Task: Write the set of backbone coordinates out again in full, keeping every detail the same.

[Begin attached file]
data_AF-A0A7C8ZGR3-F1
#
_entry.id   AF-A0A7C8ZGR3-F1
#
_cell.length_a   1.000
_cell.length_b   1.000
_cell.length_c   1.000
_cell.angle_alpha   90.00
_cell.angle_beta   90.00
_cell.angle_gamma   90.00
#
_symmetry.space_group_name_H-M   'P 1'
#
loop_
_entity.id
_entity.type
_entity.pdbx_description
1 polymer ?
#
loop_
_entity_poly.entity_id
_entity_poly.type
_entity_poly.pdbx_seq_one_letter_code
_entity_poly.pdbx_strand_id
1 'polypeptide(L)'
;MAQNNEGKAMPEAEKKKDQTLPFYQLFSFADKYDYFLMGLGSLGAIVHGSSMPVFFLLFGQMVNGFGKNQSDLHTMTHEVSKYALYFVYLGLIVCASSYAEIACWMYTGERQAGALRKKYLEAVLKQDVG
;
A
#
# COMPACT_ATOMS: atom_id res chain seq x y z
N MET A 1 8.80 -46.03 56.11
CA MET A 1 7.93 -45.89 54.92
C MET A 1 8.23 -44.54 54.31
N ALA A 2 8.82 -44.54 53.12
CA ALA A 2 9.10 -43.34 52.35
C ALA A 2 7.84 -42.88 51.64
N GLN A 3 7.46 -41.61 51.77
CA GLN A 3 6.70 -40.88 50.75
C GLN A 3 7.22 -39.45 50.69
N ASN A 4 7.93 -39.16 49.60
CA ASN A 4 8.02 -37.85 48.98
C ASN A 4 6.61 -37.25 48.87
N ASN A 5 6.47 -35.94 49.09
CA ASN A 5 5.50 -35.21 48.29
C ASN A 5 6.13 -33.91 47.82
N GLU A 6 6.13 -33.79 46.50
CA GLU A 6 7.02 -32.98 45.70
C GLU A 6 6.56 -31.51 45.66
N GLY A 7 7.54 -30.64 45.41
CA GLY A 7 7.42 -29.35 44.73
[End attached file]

data_AF-A0A7C8ZGR3-F1
#
_entry.id   AF-A0A7C8ZGR3-F1
#
_cell.length_a   1.000
_cell.length_b   1.000
_cell.length_c   1.000
_cell.angle_alpha   90.00
_cell.angle_beta   90.00
_cell.angle_gamma   90.00
#
_symmetry.space_group_name_H-M   'P 1'
#
loop_
_entity.id
_entity.type
_entity.pdbx_description
1 polymer ?
#
loop_
_entity_poly.entity_id
_entity_poly.type
_entity_poly.pdbx_seq_one_letter_code
_entity_poly.pdbx_strand_id
1 'polypeptide(L)'
;MAQNNEGKAMPEAEKKKDQTLPFYQLFSFADKYDYFLMGLGSLGAIVHGSSMPVFFLLFGQMVNGFGKNQSDLHTMTHEVSKYALYFVYLGLIVCASSYAEIACWMYTGERQAGALRKKYLEAVLKQDVG
;
A
#
# COMPACT_ATOMS: atom_id res chain seq x y z
N MET A 1 8.80 -46.03 56.11
CA MET A 1 7.93 -45.89 54.92
C MET A 1 8.23 -44.54 54.31
N ALA A 2 8.82 -44.54 53.12
CA ALA A 2 9.10 -43.34 52.35
C ALA A 2 7.84 -42.88 51.64
N GLN A 3 7.46 -41.61 51.77
CA GLN A 3 6.70 -40.88 50.75
C GLN A 3 7.22 -39.45 50.69
N ASN A 4 7.93 -39.16 49.60
CA ASN A 4 8.02 -37.85 48.98
C ASN A 4 6.61 -37.25 48.87
N ASN A 5 6.47 -35.94 49.09
CA ASN A 5 5.50 -35.21 48.29
C ASN A 5 6.13 -33.91 47.82
N GLU A 6 6.13 -33.79 46.50
CA GLU A 6 7.02 -32.98 45.70
C GLU A 6 6.56 -31.51 45.66
N GLY A 7 7.54 -30.64 45.41
CA GLY A 7 7.42 -29.35 44.73